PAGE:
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Government accused of playing 'fast and loose' with public money over COVID-testing contracts

10 months ago 55

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The government has been accused of playing "fast and loose" with public money after an audit found it did not properly document key decisions made around procuring COVID-19 tests.

When the coronavirus pandemic first hit, the government "had to move very fast" to increase testing capacity, according to the National Audit Office (NAO).

As a result, between January 2020 and December 2021, the Department of Health and Social Care (DHSC) and Public Health England (PHE) awarded 22 contracts to health company Randox - or its strategic partner, Qnostics Ltd - up to £776.9 million in value, the watchdog said.

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Almost all of these contracts were for the provision of COVID testing services.

The government did not disclose Randox's attendance at four ministerial meetings, as it should have done in line with transparency requirements, the NAO said.

Minutes were only kept for two of the eight meetings between ministers and Randox.

The report said: "The gaps in the audit trail mean that the NAO is not able to provide positive assurance in the normal way, but it has not seen any evidence that the government's contracts with Randox were awarded improperly."

Messages not passed on

The report also referenced "some private correspondence exchanges" between the then health secretary Matt Hancock and the then MP for North Shropshire, Owen Paterson, on private email and WhatsApp, which had only "recently been made available to the department".

Mr Paterson resigned from Parliament in November last year after he was found to have broken rules by repeatedly lobbying on behalf of Randox and another company, for which he was acting as a paid consultant.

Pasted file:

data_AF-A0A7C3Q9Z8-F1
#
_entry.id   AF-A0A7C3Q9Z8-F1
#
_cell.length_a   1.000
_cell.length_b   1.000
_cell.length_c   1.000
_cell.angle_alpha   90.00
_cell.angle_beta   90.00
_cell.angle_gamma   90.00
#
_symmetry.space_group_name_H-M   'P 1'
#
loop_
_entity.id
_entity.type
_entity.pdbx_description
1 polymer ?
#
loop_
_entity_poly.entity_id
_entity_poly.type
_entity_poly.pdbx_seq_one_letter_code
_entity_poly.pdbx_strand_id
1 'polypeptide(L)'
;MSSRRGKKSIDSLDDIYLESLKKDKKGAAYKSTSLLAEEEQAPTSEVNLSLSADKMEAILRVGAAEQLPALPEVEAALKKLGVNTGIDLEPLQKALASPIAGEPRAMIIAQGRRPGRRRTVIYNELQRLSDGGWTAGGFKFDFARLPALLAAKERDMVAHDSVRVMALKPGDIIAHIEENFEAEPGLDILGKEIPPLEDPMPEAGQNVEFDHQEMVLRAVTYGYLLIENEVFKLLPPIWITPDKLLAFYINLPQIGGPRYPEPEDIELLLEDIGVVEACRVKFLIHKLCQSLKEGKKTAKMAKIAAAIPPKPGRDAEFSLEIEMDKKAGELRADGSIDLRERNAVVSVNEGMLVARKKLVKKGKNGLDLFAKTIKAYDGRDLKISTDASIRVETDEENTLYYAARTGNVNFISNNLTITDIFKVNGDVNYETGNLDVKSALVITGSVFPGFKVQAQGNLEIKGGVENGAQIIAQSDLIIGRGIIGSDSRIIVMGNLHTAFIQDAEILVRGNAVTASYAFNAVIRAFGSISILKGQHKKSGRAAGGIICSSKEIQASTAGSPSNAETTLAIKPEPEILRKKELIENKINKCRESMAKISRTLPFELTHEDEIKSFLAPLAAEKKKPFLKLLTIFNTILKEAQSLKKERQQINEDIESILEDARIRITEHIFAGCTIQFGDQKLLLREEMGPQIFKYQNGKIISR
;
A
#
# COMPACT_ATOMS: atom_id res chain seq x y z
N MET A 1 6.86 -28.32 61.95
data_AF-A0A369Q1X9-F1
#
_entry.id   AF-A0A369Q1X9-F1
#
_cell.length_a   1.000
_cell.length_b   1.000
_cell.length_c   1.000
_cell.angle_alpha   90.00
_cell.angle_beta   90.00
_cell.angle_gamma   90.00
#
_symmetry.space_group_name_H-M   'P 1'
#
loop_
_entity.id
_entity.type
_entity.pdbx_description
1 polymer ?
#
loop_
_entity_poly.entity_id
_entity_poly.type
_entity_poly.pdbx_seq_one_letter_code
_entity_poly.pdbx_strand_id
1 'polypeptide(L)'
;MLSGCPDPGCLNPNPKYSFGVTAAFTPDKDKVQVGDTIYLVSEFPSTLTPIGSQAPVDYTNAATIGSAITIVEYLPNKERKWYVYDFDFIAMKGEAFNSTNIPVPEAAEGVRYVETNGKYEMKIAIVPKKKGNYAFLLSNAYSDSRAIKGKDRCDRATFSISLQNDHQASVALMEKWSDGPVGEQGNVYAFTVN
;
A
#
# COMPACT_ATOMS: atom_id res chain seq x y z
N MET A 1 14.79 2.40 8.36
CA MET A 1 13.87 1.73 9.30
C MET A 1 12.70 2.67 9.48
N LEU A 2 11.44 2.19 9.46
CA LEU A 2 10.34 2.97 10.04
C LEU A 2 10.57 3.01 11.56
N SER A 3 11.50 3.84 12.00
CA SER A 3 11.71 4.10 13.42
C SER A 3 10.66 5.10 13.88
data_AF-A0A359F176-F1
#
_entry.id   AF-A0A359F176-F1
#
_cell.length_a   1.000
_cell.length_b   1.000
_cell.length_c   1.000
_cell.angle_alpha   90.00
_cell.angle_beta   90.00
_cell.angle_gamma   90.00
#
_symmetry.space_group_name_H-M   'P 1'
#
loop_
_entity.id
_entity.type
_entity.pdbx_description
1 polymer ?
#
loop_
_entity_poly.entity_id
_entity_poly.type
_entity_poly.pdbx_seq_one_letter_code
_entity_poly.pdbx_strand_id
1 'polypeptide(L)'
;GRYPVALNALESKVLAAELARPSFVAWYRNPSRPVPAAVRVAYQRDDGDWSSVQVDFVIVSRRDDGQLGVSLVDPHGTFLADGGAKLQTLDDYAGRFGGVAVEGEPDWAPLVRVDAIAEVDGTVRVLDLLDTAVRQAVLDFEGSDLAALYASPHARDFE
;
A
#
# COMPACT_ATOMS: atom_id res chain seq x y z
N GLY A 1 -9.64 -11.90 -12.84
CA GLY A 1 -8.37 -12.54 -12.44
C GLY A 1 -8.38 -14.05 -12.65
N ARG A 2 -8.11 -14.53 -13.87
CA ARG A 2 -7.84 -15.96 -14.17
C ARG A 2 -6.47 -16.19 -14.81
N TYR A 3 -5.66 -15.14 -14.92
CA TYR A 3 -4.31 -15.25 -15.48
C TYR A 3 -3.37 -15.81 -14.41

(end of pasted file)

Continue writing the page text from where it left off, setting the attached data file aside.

"The then Secretary of State told us he did not forward all of these messages to the department at the time as they were not substantive discussions and so he was not required to do so," the report said.

The DHSC first awarded Randox a £132.4 million contract for testing services on 30 March 2020 - competitive tender was ruled out in a bid to move quickly.

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Inadequate record keeping

"The Department agreed to pay Randox a unit price of £49.60 per test for almost 2.7 million tests but could not provide us with any documentation on the negotiations for this contract award," the report said.

Gareth Davies, the head of the NAO, said: "The overriding need to create a high volume, testing capacity rapidly at the start of the COVID-19 pandemic meant that standard public procurement approaches were not appropriate. Even taking these exceptional circumstances into account, the documentation of the decision-making process for such large contracts was inadequate.

"Our previous reports on COVID-19-related procurement and those of Nigel Boardman have recommended improvements to ensure an adequate audit trail is maintained even when the priority is speed of action. Government has already started to implement some of these improvements, and we will follow up progress."

'Proper transparency by government is vital'

Labour MP, Meg Hillier, the chair of the Commons Public Accounts Committee (PAC), said the government played "fast and loose" with spending public money.

"Government grasped the urgent need to increase the scale of testing early in the pandemic. But while it was fast on procurement, it was fast and loose on process," she said.

"The Randox contracts illustrate that proper transparency by government is vital. Government didn't document decisions properly and the public is right to raise questions about whether it was playing with a straight bat."

Randox said the lack of evidence of wrongdoing "vindicates" its insistence the process was in keeping with official protocols and said it welcomes the findings of the report.

A spokesperson for the company said: "This independent finding vindicates what both Randox and the government have always said, that these contracts were awarded on merit and in keeping with government protocols and regulations at a time of acute national emergency."

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"The report states that four ministerial meetings took place which were, apparently, not fully documented by the DHSC," they added.

"While we cannot comment on government minuting of meetings, Randox can categorically state that the awarding of contracts was not on the agenda at any of these meetings."

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